Antibiotics for acute bronchitis.

Cochrane Database Syst Rev 2014 Mar 1(3):CD000245. Epub 2014 Mar 1.

Department of General Practice, Royal College of Surgeons, Beaux Lane House, Mercer St, Dublin, Ireland, 2.

Background: The benefits and risks of antibiotics for acute bronchitis remain unclear despite it being one of the most common illnesses seen in primary care.

Objectives: To assess the effects of antibiotics in improving outcomes and assess adverse effects of antibiotic therapy for patients with a clinical diagnosis of acute bronchitis.

Search Methods: We searched CENTRAL 2013, Issue 12, MEDLINE (1966 to January week 1, 2014), EMBASE (1974 to January 2014) and LILACS (1982 to January 2014).

Selection Criteria: Randomised controlled trials (RCTs) comparing any antibiotic therapy with placebo or no treatment in acute bronchitis or acute productive cough, in patients without underlying pulmonary disease.

Data Collection And Analysis: At least two review authors extracted data and assessed trial quality.

Main Results: Seventeen trials with 3936 participants were included in the primary analysis. The quality of trials was generally good. There was limited evidence to support the use of antibiotics in acute bronchitis. At follow-up, there was no difference in participants described as being clinically improved between antibiotic and placebo groups (11 studies with 3841 participants, risk ratio (RR) 1.07, 95% confidence interval (CI) 0.99 to 1.15; number needed to treat for an additional beneficial outcome (NNTB) 22. Participants given antibiotics were less likely to have a cough (four studies with 275 participants, RR 0.64, 95% CI 0.49 to 0.85; NNTB 6); have a night cough (four studies with 538 participants, RR 0.67, 95% CI 0.54 to 0.83; NNTB 7) and a shorter mean cough duration (seven studies with 2776 participants, mean difference (MD) -0.46 days, 95% CI -0.87 to -0.04). The differences in presence of a productive cough at follow-up and MD of productive cough did not reach statistical significance.Antibiotic-treated patients were more likely to be unimproved according to clinician's global assessment (six studies with 891 participants, RR 0.61, 95% CI 0.48 to 0.79; NNTB 25); have an abnormal lung exam (five studies with 613 participants, RR 0.54, 95% CI 0.41 to 0.70; NNTB 6); have a reduction in days feeling ill (five studies with 809 participants, MD -0.64 days, 95% CI -1.16 to -0.13) and a reduction in days with limited activity (six studies with 767 participants MD -0.49 days, 95% CI -0.94 to -0.04). The differences in proportions with activity limitations at follow-up did not reach statistical significance. There was a significant trend towards an increase in adverse effects in the antibiotic group (12 studies with 3496 participants) (RR 1.20, 95% CI 1.05 to 1.36; NNT for an additional adverse effect 5).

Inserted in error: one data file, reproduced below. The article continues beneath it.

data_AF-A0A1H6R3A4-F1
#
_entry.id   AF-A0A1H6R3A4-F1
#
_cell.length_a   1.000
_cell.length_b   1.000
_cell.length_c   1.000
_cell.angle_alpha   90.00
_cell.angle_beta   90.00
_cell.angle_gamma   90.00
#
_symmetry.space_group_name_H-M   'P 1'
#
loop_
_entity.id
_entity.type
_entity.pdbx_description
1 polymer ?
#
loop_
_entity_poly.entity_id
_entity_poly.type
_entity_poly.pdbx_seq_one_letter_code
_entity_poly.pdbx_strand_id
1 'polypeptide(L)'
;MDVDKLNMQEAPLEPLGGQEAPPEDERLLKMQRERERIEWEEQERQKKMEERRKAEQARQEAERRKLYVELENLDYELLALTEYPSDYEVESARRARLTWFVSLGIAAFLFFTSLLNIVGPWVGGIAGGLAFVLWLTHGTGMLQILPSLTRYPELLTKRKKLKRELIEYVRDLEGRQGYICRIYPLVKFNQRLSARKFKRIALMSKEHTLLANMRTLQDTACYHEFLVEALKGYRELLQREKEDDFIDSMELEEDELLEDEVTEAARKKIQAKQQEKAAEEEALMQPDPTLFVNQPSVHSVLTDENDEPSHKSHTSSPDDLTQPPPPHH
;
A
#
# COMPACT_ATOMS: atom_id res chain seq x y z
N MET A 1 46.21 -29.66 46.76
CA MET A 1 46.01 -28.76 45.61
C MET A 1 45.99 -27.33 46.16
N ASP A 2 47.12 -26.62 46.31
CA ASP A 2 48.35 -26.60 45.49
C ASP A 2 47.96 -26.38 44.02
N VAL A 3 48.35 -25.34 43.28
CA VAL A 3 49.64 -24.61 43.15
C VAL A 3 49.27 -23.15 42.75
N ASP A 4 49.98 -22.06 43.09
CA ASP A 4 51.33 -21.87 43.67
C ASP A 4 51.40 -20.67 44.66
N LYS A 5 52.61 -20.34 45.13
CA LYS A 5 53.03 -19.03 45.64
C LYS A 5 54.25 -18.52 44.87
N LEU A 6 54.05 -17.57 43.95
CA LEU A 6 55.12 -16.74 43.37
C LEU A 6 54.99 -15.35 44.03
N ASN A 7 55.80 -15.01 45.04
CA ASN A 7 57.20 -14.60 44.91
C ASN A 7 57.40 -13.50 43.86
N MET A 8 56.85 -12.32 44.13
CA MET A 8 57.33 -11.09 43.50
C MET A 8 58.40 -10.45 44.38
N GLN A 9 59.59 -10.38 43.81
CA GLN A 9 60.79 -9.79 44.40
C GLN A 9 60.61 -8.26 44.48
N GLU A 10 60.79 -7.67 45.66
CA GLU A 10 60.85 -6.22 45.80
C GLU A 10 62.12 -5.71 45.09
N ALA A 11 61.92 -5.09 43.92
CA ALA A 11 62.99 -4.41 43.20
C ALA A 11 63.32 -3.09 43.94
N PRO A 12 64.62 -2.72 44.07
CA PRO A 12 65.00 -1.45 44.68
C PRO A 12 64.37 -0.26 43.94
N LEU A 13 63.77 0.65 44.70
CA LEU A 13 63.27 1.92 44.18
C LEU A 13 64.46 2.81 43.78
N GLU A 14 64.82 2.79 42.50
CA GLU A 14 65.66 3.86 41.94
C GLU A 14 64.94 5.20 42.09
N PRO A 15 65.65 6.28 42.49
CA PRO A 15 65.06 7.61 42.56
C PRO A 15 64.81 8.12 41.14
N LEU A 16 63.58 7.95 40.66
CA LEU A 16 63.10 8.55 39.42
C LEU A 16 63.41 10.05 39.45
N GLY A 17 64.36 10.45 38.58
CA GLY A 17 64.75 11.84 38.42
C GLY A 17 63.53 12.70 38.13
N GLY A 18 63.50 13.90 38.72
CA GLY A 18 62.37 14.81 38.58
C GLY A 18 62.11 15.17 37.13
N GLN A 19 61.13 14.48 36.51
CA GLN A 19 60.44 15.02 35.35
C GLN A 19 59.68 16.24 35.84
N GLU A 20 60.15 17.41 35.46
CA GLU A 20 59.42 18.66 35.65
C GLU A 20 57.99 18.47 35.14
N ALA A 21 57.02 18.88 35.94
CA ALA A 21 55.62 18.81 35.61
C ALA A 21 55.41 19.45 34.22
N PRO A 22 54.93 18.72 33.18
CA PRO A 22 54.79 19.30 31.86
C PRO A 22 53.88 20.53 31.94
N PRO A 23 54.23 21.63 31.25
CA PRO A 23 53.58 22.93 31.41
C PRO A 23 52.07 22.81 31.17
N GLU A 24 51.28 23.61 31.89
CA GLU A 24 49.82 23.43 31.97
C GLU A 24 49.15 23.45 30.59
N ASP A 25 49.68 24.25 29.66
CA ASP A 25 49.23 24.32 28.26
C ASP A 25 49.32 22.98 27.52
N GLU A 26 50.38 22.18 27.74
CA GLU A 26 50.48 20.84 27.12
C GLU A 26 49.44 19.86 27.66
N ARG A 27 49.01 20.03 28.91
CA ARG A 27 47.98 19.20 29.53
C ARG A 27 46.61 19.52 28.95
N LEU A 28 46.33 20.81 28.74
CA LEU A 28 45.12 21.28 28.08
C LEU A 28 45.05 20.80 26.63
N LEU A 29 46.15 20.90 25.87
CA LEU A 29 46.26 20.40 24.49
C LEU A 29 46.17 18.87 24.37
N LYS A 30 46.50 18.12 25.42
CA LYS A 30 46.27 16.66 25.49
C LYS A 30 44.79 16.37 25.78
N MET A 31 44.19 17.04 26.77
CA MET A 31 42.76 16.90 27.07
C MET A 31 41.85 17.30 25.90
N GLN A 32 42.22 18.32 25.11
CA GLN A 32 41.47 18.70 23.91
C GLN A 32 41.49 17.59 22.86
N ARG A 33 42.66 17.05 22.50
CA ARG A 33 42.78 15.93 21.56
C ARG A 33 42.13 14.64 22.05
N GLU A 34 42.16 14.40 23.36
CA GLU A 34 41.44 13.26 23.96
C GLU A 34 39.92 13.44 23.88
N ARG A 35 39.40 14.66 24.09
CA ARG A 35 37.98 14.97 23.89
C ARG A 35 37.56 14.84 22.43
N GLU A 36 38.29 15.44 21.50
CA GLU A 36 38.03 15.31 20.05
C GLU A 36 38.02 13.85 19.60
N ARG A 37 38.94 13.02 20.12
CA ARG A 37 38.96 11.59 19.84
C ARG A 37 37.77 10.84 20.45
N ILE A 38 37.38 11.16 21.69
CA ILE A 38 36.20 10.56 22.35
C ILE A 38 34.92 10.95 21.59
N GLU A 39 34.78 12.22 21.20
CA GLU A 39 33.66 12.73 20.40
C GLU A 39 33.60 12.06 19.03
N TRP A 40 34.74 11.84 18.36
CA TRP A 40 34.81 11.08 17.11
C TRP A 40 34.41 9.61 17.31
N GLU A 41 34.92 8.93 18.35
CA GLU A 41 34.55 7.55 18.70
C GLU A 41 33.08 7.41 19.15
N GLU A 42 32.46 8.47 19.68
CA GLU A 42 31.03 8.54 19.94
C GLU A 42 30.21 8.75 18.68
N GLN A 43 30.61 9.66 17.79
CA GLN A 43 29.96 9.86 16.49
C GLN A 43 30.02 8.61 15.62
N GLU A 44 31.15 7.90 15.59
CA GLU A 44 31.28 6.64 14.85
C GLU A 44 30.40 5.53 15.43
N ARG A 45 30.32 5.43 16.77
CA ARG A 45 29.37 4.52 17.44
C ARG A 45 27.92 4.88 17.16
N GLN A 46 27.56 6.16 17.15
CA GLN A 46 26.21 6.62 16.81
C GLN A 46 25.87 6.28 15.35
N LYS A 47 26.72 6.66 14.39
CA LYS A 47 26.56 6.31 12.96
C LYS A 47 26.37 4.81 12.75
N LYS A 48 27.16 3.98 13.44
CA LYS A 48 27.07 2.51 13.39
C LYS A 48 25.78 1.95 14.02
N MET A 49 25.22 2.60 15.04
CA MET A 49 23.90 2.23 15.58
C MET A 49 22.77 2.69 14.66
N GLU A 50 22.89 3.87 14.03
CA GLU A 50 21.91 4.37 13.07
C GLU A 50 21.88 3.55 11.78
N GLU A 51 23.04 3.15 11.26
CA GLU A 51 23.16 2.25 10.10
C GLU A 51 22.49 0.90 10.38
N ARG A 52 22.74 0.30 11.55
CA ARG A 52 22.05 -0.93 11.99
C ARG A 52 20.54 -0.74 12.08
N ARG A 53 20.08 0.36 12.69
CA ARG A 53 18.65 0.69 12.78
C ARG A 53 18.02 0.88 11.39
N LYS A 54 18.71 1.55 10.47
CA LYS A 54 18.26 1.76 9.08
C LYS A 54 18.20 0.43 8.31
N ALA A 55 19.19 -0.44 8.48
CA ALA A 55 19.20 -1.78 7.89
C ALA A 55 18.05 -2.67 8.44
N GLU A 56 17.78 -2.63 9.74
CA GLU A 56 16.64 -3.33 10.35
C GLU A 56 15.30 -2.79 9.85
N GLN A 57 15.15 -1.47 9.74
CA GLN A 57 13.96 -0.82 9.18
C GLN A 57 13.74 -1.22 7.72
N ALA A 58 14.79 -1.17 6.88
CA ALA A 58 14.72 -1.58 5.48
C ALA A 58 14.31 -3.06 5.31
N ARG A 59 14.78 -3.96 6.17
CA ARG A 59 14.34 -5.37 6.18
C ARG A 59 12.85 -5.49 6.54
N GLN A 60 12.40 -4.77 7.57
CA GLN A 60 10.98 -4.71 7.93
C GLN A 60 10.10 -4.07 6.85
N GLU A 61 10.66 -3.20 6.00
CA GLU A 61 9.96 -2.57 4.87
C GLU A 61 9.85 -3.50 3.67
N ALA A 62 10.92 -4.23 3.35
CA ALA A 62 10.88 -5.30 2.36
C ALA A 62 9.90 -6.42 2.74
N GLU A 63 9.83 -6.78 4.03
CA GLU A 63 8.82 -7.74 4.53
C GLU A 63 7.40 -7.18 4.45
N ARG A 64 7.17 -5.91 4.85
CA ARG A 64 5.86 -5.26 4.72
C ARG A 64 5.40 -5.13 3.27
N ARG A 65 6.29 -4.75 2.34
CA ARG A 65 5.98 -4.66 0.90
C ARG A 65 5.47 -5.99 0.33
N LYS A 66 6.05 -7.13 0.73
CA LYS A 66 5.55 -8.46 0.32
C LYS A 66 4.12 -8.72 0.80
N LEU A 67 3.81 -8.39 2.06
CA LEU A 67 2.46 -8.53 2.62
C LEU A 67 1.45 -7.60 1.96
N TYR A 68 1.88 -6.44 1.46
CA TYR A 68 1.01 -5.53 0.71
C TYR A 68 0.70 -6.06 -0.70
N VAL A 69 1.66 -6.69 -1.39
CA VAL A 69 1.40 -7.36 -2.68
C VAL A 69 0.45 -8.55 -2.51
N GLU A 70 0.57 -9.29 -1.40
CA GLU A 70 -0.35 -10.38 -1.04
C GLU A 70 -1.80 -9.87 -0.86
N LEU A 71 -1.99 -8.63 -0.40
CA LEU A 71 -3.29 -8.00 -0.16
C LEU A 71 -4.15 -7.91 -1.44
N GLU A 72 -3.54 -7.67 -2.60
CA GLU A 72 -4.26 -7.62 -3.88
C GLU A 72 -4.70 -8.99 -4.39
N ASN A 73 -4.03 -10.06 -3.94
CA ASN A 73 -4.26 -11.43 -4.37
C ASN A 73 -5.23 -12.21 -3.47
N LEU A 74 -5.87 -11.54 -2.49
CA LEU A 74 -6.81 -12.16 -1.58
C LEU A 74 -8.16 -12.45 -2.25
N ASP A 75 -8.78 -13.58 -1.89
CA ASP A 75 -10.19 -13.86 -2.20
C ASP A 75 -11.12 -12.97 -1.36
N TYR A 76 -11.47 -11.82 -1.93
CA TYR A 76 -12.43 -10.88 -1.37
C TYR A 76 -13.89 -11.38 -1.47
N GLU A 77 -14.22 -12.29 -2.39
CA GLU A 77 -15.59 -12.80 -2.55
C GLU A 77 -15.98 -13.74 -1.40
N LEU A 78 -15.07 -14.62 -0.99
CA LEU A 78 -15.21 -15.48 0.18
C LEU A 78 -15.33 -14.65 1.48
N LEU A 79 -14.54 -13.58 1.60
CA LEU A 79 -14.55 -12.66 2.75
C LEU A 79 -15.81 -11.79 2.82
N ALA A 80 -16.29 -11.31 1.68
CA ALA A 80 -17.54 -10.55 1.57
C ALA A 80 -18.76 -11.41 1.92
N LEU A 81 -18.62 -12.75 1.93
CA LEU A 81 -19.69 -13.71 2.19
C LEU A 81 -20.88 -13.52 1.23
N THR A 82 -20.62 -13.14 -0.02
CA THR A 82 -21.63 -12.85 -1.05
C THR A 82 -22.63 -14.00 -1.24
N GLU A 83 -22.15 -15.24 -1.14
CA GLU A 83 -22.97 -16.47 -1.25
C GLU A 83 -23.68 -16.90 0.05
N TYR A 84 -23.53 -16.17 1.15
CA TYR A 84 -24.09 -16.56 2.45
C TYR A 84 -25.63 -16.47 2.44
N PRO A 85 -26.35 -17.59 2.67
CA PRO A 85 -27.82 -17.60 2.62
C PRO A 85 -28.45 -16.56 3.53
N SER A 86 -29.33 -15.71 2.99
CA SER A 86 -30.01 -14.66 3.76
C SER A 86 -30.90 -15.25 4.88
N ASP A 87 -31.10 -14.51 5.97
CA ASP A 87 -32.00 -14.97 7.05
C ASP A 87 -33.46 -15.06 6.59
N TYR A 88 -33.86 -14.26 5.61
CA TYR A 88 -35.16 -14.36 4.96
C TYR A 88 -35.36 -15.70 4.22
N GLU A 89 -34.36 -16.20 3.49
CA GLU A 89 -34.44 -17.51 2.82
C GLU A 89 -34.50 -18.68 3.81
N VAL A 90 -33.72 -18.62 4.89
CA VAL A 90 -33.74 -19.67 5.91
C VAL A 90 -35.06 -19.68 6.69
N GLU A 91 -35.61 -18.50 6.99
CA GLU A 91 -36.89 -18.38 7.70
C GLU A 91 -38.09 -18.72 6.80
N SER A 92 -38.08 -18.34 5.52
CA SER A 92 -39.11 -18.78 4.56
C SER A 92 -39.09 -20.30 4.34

Authors' Conclusions: There is limited evidence to support the use of antibiotics in acute bronchitis. Antibiotics may have a modest beneficial effect in some patients such as frail, elderly people with multimorbidity who may not have been included in trials to date. However, the magnitude of this benefit needs to be considered in the broader context of potential side effects, medicalisation for a self-limiting condition, increased resistance to respiratory pathogens and cost of antibiotic treatment.

Download full-text PDF

Source
http://dx.doi.org/10.1002/14651858.CD000245.pub3DOI Listing
March 2014
4 Reads

Publication Analysis

Top Keywords

acute bronchitis
20
antibiotics acute
16
participants
12
productive cough
12
days 95%
12
studies
9
95%
9
reduction days
8
antibiotic therapy
8
effects antibiotic
8
reach statistical
8
limited evidence
8
-004 differences
8
support antibiotics
8
evidence support
8
adverse effects
8
cough studies
8
antibiotics
7
cough
6
acute
6

References

(Supplied by CrossRef)
Erythromycin in the treatment of acute bronchitis in a community practice
Brickfield et al.
Journal of Family Practice 1986
A placebo-controlled, double-blind trial of erythromycin in adults with acute bronchitis
Dunlay et al.
Journal of Family Practice 1987
The treatment of acute bronchitis with trimethoprim and sulfamethoxazole
Franks et al.
Journal of Family Practice 1984
Albuterol delivered by metered-dose inhaler to treat acute bronchitis
Hueston et al.
Journal of Family Practice 1994
Effectiveness of erythromycin in the treatment of acute bronchitis
King et al.
Journal of Family Practice 1996

Similar Publications